Online retail activity continues to accelerate at a rampant pace and shows no signs of slowing down. According to the National Retail Federation (NRF), U.S. retail sales are expected to rise between 3.8 and 4.4 percent to more than $3.8 trillion in 2019.
That being said, the risks involved with online retail, for both brands and consumers, have never been greater. According to Trustwave’s 2018 Global Security Report, the retail industry suffered more data breach incidents in 2017 than any other sector as attackers become more organized and targeted with their efforts. Furthermore, the retail industry is notorious for poor application security, ranking 17th of 18 measured sectors by the 2018 Retail Cybersecurity Report.
Poor application security is particularly concerning for online retailers as their website ecosystems are littered with a myriad of third and fourth-party services to enhance the customer experience and drive increased brand engagement. These services include everything from live chat and custom fonts to product reviews and gifting apps. These same engagement boosters, however, can do more harm than good if hackers can exploit partners’ poor security standards or vulnerabilities within their solutions.
A prime example of third-party services leading to potentially disastrous financial and reputational impact on retailers is that of credit card numbers being leaked to website URLs on sensitive pages along the customer journey. Because of this type of data leak, all the third and fourth-party services that collect URL data on these pages also receive highly-sensitive credit card information, which in turn can easily be used for malicious activity.
This situation has been encountered by some of the world’s largest retail brands and if not handled properly, holds dire consequences. A 2018 report from cybersecurity firm Shape Security tells us that 80-90 percent of people logging into user accounts on a retailer’s eCommerce site are hackers using stolen data, in many cases, stolen credit card information.
Identifying the problem
The first and most important challenge retailers face in the situation of third-party services inadvertently collecting customer credit card data is understanding the scope of the problem. The website services ecosystem is a dynamic, rapidly changing environment with different lines of business and departments constantly adding new third-party services, with many of those calling on fourth-party services.
Gaining visibility into all third and fourth-party services running on a retailer’s website, and the entirety of raw data associated with the leak is the first step in this process of understanding. But, knowing exactly what information was collected by each outside service and at what point in the customer journey, to which audience (device, browser, OS, site section, geography), the volume of credit cards affected, and the actual credit card numbers in order to check these against business activities and identify if anyone had made a purchase, is key in taking appropriate action to mitigate subsequent risk. Gaining this level of understanding by manually mapping all the services running on an eCommerce site, across all user populations in a timely manner, is practically impossible, and automation must be employed.
Only once this detailed level of understanding is achieved can retailers take appropriate action in notifying those affected. This starts with the third and fourth-party services who have been identified as inadvertently collecting PII and PCI data. In many cases, such services are blind to this collection as they are interacting with so many different website ecosystems, not just in the eCommerce space, that dataflow back and forth is not properly measured or acted upon. Next comes individual customers.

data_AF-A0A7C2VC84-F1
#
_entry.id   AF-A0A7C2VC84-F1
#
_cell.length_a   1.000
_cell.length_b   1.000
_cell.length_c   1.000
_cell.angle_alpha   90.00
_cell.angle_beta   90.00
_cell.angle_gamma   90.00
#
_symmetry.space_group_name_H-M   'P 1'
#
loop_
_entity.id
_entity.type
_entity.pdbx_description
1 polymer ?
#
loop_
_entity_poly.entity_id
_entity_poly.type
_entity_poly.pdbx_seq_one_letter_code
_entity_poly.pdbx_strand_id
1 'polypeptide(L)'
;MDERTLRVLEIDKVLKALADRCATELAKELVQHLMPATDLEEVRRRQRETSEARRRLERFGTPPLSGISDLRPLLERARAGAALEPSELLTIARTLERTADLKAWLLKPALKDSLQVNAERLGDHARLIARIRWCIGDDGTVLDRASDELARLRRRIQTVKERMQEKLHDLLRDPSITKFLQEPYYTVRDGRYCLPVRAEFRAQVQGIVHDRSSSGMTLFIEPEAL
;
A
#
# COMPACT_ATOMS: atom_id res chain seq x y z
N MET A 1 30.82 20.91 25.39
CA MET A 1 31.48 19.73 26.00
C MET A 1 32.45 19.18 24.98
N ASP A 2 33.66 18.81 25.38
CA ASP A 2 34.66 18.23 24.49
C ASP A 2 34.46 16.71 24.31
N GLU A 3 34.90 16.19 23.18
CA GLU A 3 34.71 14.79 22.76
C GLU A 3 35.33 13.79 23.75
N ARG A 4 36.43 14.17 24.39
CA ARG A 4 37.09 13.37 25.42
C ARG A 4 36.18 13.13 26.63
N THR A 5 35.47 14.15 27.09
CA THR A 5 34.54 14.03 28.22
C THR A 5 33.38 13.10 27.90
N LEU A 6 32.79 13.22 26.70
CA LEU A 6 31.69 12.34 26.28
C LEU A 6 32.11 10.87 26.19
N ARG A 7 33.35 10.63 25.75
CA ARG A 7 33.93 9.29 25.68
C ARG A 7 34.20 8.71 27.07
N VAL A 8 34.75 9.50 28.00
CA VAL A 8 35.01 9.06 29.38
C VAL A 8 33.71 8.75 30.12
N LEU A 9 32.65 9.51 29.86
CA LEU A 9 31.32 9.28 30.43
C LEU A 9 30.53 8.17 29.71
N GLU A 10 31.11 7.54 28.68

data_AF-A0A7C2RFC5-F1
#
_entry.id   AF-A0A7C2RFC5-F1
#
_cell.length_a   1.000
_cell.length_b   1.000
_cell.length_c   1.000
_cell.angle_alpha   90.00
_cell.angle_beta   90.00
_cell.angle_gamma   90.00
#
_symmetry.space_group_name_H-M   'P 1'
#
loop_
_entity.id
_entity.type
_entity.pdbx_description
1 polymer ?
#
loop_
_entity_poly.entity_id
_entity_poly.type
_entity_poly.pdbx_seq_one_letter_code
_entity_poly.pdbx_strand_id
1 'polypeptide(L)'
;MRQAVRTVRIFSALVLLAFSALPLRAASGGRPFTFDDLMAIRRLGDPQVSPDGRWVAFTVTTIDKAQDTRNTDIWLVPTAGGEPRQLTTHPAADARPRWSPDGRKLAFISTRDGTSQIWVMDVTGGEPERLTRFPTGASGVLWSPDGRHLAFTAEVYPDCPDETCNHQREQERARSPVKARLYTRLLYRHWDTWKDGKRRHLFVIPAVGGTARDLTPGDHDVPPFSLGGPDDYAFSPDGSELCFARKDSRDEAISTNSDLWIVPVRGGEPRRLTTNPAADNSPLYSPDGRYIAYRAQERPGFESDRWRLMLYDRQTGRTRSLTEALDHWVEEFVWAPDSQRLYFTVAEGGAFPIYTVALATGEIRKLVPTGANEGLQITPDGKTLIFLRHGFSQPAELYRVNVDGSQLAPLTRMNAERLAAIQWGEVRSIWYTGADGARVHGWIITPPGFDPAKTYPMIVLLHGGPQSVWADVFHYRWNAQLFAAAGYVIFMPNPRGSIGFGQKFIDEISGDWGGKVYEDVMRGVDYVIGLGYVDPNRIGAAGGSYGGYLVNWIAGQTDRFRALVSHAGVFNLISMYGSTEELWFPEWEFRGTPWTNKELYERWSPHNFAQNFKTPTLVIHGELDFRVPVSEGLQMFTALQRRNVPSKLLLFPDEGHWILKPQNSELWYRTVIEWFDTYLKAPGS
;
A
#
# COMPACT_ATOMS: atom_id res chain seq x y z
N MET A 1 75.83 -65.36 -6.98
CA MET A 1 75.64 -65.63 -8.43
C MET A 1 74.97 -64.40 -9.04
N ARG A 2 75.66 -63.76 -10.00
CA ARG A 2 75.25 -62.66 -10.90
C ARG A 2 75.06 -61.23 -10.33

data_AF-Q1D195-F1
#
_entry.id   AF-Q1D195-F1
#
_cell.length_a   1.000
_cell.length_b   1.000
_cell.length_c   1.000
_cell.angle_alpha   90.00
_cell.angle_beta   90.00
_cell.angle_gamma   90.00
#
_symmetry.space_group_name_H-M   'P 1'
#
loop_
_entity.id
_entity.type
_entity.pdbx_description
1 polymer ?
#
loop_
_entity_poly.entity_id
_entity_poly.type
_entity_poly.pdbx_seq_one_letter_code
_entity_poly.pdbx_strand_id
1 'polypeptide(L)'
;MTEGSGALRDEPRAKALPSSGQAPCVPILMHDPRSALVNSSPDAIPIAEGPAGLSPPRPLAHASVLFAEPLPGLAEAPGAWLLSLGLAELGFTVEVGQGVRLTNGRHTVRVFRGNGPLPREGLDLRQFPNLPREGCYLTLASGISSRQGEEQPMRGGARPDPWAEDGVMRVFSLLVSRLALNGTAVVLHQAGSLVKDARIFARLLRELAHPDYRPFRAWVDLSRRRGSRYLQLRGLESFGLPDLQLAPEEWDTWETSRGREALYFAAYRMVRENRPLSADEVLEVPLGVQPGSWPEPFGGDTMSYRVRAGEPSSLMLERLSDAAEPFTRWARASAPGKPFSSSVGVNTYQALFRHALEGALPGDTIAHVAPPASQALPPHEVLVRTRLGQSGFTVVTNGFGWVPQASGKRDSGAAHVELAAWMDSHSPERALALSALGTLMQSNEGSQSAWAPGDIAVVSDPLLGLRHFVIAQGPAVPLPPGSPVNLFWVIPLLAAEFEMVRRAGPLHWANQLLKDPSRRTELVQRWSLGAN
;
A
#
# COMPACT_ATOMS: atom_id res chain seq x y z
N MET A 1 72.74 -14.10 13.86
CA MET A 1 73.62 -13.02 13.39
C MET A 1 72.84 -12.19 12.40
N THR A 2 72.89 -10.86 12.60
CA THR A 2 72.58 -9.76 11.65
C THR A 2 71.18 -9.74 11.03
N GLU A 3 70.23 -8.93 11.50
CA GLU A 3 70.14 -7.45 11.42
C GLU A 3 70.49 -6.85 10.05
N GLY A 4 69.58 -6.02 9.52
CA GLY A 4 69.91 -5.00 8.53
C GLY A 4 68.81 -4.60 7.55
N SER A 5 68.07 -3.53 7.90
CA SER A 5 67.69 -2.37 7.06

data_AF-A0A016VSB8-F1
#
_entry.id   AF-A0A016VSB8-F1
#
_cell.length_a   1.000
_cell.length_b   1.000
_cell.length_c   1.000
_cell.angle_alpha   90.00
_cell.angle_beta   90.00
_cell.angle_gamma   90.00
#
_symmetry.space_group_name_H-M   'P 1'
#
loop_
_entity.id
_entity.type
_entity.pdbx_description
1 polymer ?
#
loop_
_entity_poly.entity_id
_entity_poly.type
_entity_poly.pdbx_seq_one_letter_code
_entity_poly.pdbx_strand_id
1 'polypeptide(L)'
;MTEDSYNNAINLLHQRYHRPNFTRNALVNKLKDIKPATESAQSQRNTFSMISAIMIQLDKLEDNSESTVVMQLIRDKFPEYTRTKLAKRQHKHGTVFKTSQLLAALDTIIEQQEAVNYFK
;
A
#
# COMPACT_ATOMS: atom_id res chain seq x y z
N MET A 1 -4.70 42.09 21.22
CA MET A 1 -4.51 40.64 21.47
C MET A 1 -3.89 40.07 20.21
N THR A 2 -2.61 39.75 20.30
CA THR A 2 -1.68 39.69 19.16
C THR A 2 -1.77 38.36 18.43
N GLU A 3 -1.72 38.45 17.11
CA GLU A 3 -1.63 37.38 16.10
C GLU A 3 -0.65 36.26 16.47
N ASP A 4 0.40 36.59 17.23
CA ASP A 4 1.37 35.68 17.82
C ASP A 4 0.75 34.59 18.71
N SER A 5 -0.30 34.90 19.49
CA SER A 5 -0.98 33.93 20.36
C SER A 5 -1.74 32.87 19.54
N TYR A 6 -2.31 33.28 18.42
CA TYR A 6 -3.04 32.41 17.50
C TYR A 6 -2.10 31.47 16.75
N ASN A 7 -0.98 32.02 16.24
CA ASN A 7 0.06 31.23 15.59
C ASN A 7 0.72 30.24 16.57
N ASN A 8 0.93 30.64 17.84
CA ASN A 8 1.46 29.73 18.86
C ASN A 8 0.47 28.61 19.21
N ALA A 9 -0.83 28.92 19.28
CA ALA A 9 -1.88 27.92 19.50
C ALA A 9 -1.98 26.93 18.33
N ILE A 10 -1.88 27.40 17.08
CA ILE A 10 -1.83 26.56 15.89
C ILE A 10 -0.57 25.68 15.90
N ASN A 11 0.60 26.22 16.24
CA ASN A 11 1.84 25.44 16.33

By understanding detailed credit card information, only then will a retailer be able to identify and alert impacted customers to remove illegal purchases from their accounts and/or credit cards.
Unfortunately for retailers, rarely is this an isolated incident. Once an initial leak and the scope of the problem has been identified, and impacted parties have been alerted, retailers also must continuously monitor the situation to ensure further leaks don’t ensue and must instill processes to alert them if additional sensitive information is exposed to outside services.
Yet, to get ahead of the situation and stop trouble before it starts, there are several steps retailers can proactively take. First, retailers should meticulously audit and evaluate all third-party applications, as well as any additional services they rely on before they are officially implemented. This rigorous assessment procedure allows brands to gain the visibility needed to fully understand the different entry points attackers could attempt to penetrate and utilize leaked credit card information for malicious activity. In addition, auditing can help them answer important questions related to faulty lines of code and potential loopholes hackers could try to take advantage of.
In addition to auditing prior to implementation, acquiring a detailed snapshot of all the third-party services currently operating within a retailer’s website ecosystems is greatly beneficial. This simple punch list improves overall performance and helps security staff ensure that proper patching is completed and malicious code modifications can be detected and eliminated as quickly as possible.
At the end of the day, a customer impacted by a breach, leak, or hack will not care whether their sensitive information was obtained directly from the retailer, or from one of the many third-party services employed to enhance brand experience. That is why it is of the utmost importance that brands implement processes enabling them to fully understand the outside services they work with and the entirety of data that is shared with them, inadvertently or not.